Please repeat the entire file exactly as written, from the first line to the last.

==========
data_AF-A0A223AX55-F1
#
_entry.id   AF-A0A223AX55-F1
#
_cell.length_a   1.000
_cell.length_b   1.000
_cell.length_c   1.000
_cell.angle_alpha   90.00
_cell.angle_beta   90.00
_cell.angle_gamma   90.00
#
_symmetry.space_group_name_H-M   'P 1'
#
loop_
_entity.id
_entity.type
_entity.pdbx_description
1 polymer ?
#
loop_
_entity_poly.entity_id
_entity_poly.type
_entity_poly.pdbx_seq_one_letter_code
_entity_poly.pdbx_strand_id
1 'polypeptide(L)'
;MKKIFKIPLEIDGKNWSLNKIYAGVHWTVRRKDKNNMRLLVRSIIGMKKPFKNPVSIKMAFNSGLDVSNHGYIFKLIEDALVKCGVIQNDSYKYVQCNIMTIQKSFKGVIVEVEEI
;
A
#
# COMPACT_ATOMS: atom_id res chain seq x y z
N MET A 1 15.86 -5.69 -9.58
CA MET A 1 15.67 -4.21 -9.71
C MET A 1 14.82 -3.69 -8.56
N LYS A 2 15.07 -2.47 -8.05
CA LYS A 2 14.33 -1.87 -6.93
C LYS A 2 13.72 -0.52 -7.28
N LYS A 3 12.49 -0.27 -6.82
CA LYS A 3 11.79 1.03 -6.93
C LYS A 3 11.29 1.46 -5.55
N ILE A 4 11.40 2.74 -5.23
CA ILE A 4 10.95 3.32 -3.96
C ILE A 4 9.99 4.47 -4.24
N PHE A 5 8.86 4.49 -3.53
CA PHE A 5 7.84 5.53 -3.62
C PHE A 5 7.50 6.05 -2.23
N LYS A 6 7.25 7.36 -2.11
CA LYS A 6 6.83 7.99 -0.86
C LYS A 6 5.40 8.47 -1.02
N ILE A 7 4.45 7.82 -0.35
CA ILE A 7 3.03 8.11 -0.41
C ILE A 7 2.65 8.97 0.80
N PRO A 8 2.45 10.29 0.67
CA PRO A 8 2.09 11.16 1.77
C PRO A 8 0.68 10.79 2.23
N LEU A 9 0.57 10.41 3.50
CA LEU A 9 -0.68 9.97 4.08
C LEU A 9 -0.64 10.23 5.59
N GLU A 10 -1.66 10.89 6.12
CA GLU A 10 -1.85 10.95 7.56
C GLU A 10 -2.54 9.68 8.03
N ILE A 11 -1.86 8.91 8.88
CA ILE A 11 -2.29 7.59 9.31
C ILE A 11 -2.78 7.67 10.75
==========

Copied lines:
data_AF-A0A223AX55-F1
#
_entry.id   AF-A0A223AX55-F1
#
_cell.length_a   1.000
_cell.length_b   1.000
_cell.length_c   1.000
_cell.angle_alpha   90.00
_cell.angle_beta   90.00
_cell.angle_gamma   90.00
#
_symmetry.space_group_name_H-M   'P 1'
#
loop_
_entity.id
_entity.type
_entity.pdbx_description
1 polymer ?
#
loop_
_entity_poly.entity_id
_entity_poly.type
_entity_poly.pdbx_seq_one_letter_code
_entity_poly.pdbx_strand_id
1 'polypeptide(L)'
;MKKIFKIPLEIDGKNWSLNKIYAGVHWTVRRKDKNNMRLLVRSIIGMKKPFKNPVSIKMAFNSGLDVSNHGYIFKLIEDALVKCGVIQNDSYKYVQCNIMTIQKSFKGVIVEVEEI
;
A
#
# COMPACT_ATOMS: atom_id res chain seq x y z
N MET A 1 15.86 -5.69 -9.58
CA MET A 1 15.67 -4.21 -9.71
C MET A 1 14.82 -3.69 -8.56
N LYS A 2 15.07 -2.47 -8.05
CA LYS A 2 14.33 -1.87 -6.93
C LYS A 2 13.72 -0.52 -7.28
N LYS A 3 12.49 -0.27 -6.82
CA LYS A 3 11.79 1.03 -6.93
C LYS A 3 11.29 1.46 -5.55
N ILE A 4 11.40 2.74 -5.23
CA ILE A 4 10.95 3.32 -3.96
C ILE A 4 9.99 4.47 -4.24
N PHE A 5 8.86 4.49 -3.53
CA PHE A 5 7.84 5.53 -3.62
C PHE A 5 7.50 6.05 -2.23
N LYS A 6 7.25 7.36 -2.11
CA LYS A 6 6.83 7.99 -0.86
C LYS A 6 5.40 8.47 -1.02
N ILE A 7 4.45 7.82 -0.35
CA ILE A 7 3.03 8.11 -0.41
C ILE A 7 2.65 8.97 0.80
N PRO A 8 2.45 10.29 0.67
CA PRO A 8 2.09 11.16 1.77
C PRO A 8 0.68 10.79 2.23
N LEU A 9 0.57 10.41 3.50
CA LEU A 9 -0.68 9.97 4.08
C LEU A 9 -0.64 10.23 5.59
N GLU A 10 -1.66 10.89 6.12
CA GLU A 10 -1.85 10.95 7.56
C GLU A 10 -2.54 9.68 8.03
N ILE A 11 -1.86 8.91 8.88
CA ILE A 11 -2.29 7.59 9.31
C ILE A 11 -2.78 7.67 10.75